“Sailing the seven seas” is a common moniker for many sailors and adventurers for navigating the waters that encompass the Earth. What the seven seas exactly are, however, has differing historical implications and origins. Commonly, the “seven seas” has referred to the seven largest bodies of water: the Pacific Ocean, the Atlantic Ocean, the Indian Ocean, the Arctic Ocean, the Mediterranean Sea, the Caribbean Sea, and the Gulf of Mexico.
In more precise terms, however, the seven seas refers to the seven oceanic bodies of water: the Arctic Ocean, the North Atlantic Ocean, the South Atlantic Ocean, the Indian Ocean, the North Pacific Ocean, the South Pacific Ocean, and the Southern (Antarctic) Ocean. Historically, it seems that “the seven seas” was simply a colloquial term to refer to the waters surrounding ancient civilizations. “Seven” may have had specific cultural, spiritual, or astrological meaning to the sailors in these civilizations and therefore became part of building a maritime culture in the ancient world.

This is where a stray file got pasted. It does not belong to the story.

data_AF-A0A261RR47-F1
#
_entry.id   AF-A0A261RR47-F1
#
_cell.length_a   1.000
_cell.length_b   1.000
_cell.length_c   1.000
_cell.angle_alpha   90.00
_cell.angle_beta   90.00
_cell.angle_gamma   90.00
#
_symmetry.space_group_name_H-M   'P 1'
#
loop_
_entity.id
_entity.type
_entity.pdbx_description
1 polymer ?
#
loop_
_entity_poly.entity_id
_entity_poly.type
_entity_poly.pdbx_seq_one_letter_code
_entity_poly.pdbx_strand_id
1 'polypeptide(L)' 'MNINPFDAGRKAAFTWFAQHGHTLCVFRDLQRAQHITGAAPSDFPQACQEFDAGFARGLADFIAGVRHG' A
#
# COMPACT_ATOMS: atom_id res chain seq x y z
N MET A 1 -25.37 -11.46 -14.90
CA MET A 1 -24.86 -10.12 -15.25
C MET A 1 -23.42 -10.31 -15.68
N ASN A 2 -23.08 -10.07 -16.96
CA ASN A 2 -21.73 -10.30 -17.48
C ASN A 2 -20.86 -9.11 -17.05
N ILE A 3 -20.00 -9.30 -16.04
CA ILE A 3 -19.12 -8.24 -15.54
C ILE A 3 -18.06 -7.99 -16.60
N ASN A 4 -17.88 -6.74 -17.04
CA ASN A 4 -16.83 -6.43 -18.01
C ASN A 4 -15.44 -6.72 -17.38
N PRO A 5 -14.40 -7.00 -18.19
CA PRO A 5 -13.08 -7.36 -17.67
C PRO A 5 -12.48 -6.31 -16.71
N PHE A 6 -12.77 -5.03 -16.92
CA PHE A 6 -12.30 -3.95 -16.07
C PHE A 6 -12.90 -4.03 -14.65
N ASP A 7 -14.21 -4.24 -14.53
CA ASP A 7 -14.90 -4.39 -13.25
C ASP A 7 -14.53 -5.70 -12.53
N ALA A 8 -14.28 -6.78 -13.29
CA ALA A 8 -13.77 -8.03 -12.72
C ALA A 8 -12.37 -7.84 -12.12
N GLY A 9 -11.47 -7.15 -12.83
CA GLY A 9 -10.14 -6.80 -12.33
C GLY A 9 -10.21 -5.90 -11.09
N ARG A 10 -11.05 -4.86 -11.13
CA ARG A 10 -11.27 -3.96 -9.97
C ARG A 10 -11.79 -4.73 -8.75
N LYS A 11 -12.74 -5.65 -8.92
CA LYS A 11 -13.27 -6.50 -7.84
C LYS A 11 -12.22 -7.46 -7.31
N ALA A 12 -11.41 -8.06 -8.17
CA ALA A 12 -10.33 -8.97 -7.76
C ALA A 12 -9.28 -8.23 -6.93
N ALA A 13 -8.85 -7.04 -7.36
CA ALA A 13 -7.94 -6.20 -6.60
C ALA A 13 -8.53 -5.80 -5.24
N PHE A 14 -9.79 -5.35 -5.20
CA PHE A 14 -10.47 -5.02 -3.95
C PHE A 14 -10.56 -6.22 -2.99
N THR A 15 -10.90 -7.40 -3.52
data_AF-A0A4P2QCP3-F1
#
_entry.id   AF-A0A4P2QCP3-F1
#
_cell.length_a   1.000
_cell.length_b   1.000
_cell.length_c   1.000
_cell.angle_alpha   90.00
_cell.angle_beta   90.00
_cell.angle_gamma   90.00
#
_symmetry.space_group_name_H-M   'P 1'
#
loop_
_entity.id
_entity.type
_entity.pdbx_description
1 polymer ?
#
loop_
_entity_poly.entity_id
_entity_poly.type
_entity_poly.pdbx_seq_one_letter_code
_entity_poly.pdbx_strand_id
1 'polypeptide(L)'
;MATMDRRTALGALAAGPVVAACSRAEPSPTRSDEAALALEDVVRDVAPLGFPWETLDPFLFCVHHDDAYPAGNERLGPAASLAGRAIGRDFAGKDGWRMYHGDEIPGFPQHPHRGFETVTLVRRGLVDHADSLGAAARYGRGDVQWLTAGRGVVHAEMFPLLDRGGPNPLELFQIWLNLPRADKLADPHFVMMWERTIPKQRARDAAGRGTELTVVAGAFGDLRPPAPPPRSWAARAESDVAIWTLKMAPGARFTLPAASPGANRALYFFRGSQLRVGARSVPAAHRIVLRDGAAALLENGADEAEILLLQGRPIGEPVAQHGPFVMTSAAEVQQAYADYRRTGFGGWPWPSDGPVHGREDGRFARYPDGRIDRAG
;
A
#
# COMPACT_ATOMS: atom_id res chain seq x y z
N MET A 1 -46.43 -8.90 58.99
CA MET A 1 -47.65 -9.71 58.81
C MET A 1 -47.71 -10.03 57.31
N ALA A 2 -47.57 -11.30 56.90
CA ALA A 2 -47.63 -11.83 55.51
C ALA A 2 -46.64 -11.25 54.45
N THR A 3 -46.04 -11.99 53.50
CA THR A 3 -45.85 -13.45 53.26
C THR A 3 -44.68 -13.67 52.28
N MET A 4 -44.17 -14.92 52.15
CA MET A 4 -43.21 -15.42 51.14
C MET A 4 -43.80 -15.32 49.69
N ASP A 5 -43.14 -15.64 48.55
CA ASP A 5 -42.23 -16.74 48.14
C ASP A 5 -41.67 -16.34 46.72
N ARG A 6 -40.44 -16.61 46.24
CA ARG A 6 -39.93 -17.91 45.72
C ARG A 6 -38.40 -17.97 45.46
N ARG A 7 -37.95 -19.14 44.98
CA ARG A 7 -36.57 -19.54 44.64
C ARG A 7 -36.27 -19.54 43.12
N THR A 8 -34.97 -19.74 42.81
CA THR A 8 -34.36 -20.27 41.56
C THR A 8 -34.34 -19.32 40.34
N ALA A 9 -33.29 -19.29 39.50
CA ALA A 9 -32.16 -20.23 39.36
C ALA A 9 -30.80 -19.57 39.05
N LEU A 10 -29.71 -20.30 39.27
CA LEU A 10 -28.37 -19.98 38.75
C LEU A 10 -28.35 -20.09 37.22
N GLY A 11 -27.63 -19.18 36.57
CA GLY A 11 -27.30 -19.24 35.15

The sea forms an integral part of life in many modern and ancient civilizations alike. Seas like the Mediterranean Sea, the Aegean Sea, the Red Sea, the Persian Gulf, and many others were and still remain today important parts of peoples’ livelihood all around the world.